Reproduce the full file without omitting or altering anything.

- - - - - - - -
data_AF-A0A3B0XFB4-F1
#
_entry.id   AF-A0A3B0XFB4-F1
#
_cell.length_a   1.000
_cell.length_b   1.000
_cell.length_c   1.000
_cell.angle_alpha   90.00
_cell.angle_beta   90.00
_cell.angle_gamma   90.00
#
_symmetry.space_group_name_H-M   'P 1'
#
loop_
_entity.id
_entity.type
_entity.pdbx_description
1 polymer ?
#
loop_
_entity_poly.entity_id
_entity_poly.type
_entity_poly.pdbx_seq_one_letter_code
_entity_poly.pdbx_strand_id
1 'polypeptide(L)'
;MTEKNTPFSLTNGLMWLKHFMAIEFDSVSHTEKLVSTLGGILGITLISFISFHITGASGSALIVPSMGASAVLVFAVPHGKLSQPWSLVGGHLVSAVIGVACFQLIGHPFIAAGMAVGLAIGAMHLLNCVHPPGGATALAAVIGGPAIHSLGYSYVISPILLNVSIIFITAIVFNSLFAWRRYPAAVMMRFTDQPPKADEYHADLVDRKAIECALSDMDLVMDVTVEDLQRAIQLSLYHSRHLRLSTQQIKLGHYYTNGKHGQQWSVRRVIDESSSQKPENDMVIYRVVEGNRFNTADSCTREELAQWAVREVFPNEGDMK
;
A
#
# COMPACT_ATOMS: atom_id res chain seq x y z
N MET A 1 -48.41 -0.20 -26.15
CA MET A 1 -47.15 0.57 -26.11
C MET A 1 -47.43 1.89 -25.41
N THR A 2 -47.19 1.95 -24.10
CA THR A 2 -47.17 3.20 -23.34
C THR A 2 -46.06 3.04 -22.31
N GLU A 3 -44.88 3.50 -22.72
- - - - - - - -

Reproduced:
data_AF-A0A3B0XFB4-F1
#
_entry.id   AF-A0A3B0XFB4-F1
#
_cell.length_a   1.000
_cell.length_b   1.000
_cell.length_c   1.000
_cell.angle_alpha   90.00
_cell.angle_beta   90.00
_cell.angle_gamma   90.00
#
_symmetry.space_group_name_H-M   'P 1'
#
loop_
_entity.id
_entity.type
_entity.pdbx_description
1 polymer ?
#
loop_
_entity_poly.entity_id
_entity_poly.type
_entity_poly.pdbx_seq_one_letter_code
_entity_poly.pdbx_strand_id
1 'polypeptide(L)'
;MTEKNTPFSLTNGLMWLKHFMAIEFDSVSHTEKLVSTLGGILGITLISFISFHITGASGSALIVPSMGASAVLVFAVPHGKLSQPWSLVGGHLVSAVIGVACFQLIGHPFIAAGMAVGLAIGAMHLLNCVHPPGGATALAAVIGGPAIHSLGYSYVISPILLNVSIIFITAIVFNSLFAWRRYPAAVMMRFTDQPPKADEYHADLVDRKAIECALSDMDLVMDVTVEDLQRAIQLSLYHSRHLRLSTQQIKLGHYYTNGKHGQQWSVRRVIDESSSQKPENDMVIYRVVEGNRFNTADSCTREELAQWAVREVFPNEGDMK
;
A
#
# COMPACT_ATOMS: atom_id res chain seq x y z
N MET A 1 -48.41 -0.20 -26.15
CA MET A 1 -47.15 0.57 -26.11
C MET A 1 -47.43 1.89 -25.41
N THR A 2 -47.19 1.95 -24.10
CA THR A 2 -47.17 3.20 -23.34
C THR A 2 -46.06 3.04 -22.31
N GLU A 3 -44.88 3.50 -22.72